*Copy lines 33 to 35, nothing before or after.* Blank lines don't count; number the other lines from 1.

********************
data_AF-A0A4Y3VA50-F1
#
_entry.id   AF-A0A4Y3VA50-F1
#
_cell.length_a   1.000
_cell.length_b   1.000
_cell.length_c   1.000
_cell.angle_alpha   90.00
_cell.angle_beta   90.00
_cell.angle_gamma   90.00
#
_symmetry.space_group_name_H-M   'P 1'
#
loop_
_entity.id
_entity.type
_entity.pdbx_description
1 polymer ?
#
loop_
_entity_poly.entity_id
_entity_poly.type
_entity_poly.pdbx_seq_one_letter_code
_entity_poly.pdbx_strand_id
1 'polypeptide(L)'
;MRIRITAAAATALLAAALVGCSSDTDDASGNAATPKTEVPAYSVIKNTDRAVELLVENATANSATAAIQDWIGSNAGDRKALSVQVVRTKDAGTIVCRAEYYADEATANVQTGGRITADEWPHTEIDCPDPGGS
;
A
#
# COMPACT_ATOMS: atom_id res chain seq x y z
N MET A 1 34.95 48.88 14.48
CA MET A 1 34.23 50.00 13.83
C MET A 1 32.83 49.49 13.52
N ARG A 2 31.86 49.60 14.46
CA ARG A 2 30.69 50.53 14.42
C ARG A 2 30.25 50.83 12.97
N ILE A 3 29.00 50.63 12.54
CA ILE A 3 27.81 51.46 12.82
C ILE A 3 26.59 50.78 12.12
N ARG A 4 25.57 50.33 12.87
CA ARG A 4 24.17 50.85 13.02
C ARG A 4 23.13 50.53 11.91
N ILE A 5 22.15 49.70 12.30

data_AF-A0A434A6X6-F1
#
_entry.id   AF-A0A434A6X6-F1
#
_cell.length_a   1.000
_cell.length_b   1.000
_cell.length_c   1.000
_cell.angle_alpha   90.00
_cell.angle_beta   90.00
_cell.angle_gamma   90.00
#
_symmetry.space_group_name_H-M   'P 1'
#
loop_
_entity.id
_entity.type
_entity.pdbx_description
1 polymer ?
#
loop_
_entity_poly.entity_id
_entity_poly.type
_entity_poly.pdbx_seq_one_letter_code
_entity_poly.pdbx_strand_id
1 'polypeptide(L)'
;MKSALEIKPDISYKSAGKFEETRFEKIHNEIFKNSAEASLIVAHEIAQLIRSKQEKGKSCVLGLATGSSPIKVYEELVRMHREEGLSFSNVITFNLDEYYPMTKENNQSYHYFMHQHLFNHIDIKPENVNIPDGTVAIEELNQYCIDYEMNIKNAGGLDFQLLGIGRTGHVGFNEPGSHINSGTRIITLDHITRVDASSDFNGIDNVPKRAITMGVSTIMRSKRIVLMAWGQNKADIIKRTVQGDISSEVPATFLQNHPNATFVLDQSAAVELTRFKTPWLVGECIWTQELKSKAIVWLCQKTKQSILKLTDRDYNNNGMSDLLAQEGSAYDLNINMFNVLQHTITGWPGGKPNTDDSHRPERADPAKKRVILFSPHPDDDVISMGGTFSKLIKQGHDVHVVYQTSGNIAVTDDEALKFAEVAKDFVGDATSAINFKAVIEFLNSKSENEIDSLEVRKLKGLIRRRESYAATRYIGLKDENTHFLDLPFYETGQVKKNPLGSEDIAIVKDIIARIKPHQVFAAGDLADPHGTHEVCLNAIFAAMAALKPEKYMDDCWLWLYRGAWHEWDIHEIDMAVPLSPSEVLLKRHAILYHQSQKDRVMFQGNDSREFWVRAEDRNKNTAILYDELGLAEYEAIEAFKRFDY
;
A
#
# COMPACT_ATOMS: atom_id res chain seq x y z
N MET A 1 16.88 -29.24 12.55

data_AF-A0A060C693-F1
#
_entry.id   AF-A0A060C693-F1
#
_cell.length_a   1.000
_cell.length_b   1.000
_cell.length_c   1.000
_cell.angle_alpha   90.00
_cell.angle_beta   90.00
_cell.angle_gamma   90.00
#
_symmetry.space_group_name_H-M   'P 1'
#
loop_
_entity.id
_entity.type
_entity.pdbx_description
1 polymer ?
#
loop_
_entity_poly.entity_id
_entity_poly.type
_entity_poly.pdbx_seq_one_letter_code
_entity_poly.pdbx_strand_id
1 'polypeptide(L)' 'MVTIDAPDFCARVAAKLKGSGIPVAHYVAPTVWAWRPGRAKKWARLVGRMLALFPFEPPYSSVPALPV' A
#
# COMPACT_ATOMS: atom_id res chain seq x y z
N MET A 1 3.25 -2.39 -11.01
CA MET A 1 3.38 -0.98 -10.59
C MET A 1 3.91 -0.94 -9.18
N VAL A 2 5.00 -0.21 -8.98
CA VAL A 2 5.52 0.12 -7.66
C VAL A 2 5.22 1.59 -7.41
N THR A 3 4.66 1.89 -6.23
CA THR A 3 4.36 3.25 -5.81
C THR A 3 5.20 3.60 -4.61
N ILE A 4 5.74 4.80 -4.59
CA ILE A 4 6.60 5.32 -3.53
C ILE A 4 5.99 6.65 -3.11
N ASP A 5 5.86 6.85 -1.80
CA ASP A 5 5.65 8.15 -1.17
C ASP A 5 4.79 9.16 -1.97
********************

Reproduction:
C MET A 1 32.83 49.49 13.52
N ARG A 2 31.86 49.60 14.46
CA ARG A 2 30.69 50.53 14.42